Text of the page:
Every couple years the Big Two go "slumming" in the indie scene, picking a few choice talents to do short stories for their various anthologies (Strange Tales). Most of these stories skew towards humor, avoiding serious takes on the charterers. Every once in a while though someone delivers something special, a work that transcends the genre, Raphael Grampa's Wolverine story leaps to mind and now Prophet. Rob Liefeld took a who's who of indie creators and instead of limiting them to 8 page non-continuity stories had them relaunch his entire line. This is a bold move especially in a industry were the 2nd largest publisher relaunched their entire line while retaining 90% of their creative staff and called it a unprecedented step in comic publishing. Launching a defunct indie line from the 90's with indie creators is something few publishers would even dream of, but if this issue is anything to go by its was a brilliant move.
Ok now onto the comic itself.
The greatest strength of artists turned writers is their ability to parse out needless dialogue and exposition, allowing the artist to convey all the necessary information on the page. Graham instead focuses on setting the tone of the book. Creating a landscape with futuristic life forms that feel completely organic; A caste society of termites living in a Jelly City? Wolf packs made even more vicious by bonded with a parasite? Sea creatures that scream like kittens? In a lesser book these ideas would fall flat, but under Graham and Roy they become facts of life. More importantly though, these ideas while not delved into deeply look to set up future plot points (the absence of humans outside of various foodstuffs for example). Id be surprised if the guided tour Graham took us on this issue doesn't inform the rest of the series.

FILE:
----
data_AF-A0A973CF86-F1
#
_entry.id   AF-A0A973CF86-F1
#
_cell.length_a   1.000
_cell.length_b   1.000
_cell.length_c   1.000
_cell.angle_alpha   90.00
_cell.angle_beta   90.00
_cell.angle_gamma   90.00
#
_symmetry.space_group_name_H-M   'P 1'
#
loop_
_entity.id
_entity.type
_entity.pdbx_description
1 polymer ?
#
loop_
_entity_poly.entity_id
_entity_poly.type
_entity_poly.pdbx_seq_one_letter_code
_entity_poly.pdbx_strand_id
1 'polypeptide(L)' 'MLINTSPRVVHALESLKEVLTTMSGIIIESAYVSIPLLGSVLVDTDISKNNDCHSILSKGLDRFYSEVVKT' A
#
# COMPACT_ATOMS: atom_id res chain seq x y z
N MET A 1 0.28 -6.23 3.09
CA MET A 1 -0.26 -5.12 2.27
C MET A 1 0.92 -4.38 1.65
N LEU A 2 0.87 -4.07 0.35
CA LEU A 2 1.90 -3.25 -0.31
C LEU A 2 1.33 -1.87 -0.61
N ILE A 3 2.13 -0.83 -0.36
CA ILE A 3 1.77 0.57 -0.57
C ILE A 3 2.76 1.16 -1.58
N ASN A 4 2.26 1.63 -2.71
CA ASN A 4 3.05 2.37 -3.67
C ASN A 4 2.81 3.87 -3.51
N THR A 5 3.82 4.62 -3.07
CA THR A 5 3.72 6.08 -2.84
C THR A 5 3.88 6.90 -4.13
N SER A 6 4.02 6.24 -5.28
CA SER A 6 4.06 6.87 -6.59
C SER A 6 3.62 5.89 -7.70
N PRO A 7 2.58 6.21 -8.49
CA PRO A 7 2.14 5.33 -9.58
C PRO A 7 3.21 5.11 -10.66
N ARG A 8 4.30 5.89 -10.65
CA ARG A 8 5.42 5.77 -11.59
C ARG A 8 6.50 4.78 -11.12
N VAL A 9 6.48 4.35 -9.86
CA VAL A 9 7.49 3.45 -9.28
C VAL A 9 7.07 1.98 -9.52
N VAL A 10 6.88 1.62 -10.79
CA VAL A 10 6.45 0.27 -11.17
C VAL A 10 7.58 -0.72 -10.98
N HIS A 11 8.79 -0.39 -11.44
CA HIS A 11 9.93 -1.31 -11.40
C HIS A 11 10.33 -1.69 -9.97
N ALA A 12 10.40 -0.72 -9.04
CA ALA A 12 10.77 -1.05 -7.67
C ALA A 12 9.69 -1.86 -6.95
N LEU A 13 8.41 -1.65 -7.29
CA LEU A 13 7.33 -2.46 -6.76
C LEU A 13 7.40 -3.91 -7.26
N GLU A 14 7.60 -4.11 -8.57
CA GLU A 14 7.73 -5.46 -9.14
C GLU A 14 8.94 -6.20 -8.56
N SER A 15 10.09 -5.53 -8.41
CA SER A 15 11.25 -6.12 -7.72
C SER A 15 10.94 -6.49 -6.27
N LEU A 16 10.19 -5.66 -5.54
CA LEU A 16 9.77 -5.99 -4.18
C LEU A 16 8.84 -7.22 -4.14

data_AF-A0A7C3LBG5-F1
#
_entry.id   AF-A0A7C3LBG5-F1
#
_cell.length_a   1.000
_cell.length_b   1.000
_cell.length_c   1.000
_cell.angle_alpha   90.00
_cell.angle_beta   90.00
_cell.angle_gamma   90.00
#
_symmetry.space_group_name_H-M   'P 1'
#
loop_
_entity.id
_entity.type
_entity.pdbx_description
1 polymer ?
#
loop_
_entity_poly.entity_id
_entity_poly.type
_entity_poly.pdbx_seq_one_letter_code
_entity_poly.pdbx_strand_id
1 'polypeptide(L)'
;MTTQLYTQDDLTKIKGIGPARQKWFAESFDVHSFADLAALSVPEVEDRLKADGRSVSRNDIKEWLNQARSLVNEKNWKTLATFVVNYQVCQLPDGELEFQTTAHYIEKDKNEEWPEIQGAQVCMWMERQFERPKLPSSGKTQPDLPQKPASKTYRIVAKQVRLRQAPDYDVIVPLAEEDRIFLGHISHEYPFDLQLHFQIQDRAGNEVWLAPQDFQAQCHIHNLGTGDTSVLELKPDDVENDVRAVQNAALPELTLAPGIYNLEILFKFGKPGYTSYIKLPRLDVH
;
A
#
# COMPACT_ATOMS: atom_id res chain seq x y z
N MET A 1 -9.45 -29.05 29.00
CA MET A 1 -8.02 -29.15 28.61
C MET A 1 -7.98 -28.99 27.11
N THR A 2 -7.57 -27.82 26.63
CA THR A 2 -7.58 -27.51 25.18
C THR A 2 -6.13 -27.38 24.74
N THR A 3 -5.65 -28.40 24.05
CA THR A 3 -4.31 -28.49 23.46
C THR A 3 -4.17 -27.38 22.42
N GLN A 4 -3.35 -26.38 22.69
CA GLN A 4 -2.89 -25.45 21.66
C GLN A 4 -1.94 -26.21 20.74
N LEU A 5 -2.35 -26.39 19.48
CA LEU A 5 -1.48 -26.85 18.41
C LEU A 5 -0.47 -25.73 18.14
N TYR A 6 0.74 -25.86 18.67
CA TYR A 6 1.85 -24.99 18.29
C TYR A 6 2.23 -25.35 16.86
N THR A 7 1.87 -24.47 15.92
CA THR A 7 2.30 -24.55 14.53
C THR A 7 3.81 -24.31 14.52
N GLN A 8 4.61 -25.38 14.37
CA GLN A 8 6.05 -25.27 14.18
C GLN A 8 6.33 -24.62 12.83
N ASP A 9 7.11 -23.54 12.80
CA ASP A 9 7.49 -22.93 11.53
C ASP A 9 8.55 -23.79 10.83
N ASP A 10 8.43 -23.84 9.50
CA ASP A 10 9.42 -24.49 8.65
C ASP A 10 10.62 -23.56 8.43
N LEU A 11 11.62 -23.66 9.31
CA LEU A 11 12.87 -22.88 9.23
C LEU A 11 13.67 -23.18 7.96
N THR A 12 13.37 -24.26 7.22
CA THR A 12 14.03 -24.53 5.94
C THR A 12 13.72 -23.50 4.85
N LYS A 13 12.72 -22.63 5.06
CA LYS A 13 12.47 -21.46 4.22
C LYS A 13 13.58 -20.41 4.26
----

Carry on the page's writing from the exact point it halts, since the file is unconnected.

Graham in addition to world building provides subtle characterization, while Prophet isn't fully fleshed out* we get a sense of his past and present, something much more important than a exposition laden back story. Graham's use of narrative captions to show Prophet as a calculated and dangerous man, but still not completely comfortable with his surroundings, was masterful.
A major factor in this issue working is the work of Simon Roy who's European style and attention to detail creates a dense and fully realized world. What many artists fail to grasp in futuristic settings is how truly slow time on a worldwide scale moves, while in 2000 years man may be extinct the landscape and wildlife of the Earth will remain (short of a Extinction event) almost identical. Roy takes this into account, creating wildlife that can easily be delineated to their modern ancestors, and landscapes identical to ours only littered with abandoned man-made technology. The most fantastical element, the Jelly City is given a distinctly alien look to remove any confusion of its origin. These grounding elements allow the plot to move briskly and introduce some bizarre moments without causing a disconnect with the reader.
Prophet #21 is one of the few "relaunch" titles that effectively stand alone, introduce future plot points, and still harken to the past. The DC relaunch could have learned a thing or two from Extreme Studios and Prophet.
* Its the first issue
I loved the lettering, although I'm a sucker for faux handwriting, along with the coloring.